As well as the physical symptoms, you’ll likely have trouble sleeping. You may struggle to fall asleep, or find it challenging to stay asleep. The minute you wake up you’ll also find your mind goes straight to worry.
Fatigue is another common symptom, and not just because of the interruptions to your healthy sleep cycle. Constant worrying is physically exhausting. Believe me, I know.
In extreme cases, toxic worrying can cause you to avoid things that you used to love. Thanks to my own toxic worrying, I rarely leave my house anymore. I’ve stopped talking to friends because I don’t have the energy for meaningful interactions.
I’ve even let this site go quite a bit. If you’re a regular, you know that I haven’t posted nearly as often as I used to. I’m so overwhelmed by stress every waking moment that it leaves very little room for anything else.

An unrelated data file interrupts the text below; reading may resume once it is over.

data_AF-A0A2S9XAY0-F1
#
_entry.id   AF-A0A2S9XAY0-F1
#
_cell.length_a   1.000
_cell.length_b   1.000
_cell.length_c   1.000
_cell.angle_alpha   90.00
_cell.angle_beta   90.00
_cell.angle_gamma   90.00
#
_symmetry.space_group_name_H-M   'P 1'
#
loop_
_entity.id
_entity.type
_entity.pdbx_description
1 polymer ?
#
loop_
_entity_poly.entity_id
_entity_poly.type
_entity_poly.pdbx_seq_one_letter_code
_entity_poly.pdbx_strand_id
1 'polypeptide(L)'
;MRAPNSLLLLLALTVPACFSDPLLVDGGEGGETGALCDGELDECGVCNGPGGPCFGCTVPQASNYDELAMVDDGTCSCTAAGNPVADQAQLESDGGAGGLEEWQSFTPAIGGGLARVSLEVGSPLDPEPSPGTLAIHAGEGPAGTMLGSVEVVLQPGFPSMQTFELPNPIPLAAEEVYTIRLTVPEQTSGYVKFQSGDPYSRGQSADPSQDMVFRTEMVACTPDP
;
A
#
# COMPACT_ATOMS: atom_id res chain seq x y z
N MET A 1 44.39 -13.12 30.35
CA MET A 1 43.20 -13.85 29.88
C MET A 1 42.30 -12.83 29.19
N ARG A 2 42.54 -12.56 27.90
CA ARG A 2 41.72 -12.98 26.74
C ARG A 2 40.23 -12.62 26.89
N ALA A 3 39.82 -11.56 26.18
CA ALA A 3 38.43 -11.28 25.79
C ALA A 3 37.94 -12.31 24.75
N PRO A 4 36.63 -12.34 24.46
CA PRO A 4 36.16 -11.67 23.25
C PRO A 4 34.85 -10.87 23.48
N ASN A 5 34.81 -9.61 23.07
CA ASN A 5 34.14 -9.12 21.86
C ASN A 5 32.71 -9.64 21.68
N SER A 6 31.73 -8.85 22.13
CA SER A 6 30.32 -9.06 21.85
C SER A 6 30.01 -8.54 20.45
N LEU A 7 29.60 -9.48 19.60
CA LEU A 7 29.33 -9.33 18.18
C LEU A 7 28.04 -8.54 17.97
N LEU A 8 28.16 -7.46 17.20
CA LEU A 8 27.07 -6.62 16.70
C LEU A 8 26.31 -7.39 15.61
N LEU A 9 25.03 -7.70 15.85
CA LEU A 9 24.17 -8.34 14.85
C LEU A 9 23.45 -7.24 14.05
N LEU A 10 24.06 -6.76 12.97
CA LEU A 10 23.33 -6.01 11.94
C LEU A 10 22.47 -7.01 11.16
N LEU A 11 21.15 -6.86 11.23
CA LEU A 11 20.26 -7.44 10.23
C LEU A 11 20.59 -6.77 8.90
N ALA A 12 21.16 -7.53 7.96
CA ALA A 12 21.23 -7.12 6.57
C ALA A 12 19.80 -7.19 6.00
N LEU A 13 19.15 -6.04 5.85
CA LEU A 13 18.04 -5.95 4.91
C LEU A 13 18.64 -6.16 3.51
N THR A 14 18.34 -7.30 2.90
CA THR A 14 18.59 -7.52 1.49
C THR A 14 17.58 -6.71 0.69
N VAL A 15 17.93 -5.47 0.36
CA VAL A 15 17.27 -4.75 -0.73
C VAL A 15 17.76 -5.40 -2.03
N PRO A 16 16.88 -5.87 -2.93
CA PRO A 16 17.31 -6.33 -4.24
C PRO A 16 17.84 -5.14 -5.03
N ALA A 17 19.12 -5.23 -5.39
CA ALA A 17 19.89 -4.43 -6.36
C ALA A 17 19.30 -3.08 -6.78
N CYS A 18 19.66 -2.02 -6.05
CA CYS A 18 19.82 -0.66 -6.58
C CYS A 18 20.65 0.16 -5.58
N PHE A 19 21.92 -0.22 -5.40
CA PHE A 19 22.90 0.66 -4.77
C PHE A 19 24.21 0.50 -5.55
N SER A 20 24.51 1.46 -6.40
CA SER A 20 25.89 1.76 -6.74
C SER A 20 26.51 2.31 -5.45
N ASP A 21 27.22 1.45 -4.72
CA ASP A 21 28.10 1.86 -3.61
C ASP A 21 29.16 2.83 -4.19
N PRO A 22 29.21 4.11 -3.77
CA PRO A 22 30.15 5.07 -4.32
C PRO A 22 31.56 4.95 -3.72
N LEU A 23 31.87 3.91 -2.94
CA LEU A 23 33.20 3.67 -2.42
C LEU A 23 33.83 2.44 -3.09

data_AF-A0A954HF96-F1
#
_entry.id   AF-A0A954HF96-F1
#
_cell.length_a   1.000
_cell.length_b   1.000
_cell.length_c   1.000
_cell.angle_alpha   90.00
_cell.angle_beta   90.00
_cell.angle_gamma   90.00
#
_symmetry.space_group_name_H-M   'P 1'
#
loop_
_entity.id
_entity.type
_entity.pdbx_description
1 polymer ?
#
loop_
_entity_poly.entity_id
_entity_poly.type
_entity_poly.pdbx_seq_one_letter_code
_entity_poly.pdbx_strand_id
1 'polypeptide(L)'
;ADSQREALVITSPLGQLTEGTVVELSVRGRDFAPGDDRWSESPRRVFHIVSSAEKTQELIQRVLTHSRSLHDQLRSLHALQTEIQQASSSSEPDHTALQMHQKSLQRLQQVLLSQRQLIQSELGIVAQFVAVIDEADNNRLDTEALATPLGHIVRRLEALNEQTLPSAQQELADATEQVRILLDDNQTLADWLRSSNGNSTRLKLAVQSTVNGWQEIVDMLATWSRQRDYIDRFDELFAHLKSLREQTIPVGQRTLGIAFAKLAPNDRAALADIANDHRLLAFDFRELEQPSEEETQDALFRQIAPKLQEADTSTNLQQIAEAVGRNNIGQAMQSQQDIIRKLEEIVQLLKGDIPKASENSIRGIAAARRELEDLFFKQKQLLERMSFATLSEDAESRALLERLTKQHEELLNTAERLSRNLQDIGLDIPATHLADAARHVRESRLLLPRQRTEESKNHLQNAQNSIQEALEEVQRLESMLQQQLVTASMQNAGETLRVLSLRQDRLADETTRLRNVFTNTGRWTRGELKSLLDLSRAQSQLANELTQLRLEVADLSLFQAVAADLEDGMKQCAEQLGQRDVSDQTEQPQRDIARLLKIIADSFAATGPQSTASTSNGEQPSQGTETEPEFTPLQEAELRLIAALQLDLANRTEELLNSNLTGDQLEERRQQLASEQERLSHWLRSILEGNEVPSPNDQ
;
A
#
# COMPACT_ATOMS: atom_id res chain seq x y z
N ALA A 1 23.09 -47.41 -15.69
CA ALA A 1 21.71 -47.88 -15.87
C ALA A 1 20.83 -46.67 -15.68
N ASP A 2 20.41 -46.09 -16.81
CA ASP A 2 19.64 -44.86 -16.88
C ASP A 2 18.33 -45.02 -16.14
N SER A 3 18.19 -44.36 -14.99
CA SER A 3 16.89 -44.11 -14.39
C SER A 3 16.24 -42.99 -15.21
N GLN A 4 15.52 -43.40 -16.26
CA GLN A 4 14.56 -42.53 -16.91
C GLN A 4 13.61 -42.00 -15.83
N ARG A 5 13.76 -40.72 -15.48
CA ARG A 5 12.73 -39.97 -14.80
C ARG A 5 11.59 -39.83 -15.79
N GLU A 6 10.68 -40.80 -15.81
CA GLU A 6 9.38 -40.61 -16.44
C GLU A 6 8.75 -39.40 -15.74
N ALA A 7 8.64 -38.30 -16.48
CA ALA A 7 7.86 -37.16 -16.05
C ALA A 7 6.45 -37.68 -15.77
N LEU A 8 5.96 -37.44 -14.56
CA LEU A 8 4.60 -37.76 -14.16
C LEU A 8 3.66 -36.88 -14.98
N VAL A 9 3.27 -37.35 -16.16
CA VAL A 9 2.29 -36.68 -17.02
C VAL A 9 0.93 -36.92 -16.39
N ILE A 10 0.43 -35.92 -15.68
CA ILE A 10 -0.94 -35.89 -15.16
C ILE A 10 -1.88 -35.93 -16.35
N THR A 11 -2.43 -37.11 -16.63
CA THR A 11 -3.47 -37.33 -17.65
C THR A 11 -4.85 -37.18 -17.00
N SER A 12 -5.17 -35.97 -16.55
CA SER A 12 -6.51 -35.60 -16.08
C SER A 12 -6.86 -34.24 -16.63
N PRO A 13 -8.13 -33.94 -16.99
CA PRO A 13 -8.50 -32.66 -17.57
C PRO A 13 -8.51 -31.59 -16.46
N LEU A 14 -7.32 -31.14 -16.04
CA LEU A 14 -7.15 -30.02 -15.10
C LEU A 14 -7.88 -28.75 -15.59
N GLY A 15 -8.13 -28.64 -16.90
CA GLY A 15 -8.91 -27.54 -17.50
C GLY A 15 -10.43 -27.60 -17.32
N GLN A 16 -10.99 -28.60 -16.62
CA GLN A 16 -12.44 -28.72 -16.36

These are just some of the ways toxic worrying can impact your life. The longer it is left untreated, the worse it will become. So, identifying the signs of toxic worry and taking steps to combat the issue is crucial for your health and wellbeing.
Signs You’re a Toxic Worrier
Now you know what toxic worrying is, the question is how can you determine if you’re a toxic worrier?
There are lots of signs and symptoms you can watch out for. Identifying toxic worry early on gives you the best chance of getting it under control quickly.
Here, you’ll discover some of the most common signs you’re a toxic worrier.
Physical symptoms to watch out for
While worry is largely associated with mental and emotional symptoms, it can cause a lot of physical issues too. Just some of them include:
- Frequent stomach aches
- Weight gain or weight loss
- Dry and spotty skin
- Racing heartbeat
The stress caused by toxic worrying is what largely triggers the physical symptoms. Did you know for example, that the digestive system has a strong connection to your brain? So, when something is off, you’ll be prone to issues like stomach aches, indigestion, and more.
Toxic worrying also affects our eating habits. Some of us overeat, causing weight gain. Others completely lose their appetite and lose too much weight way too quickly.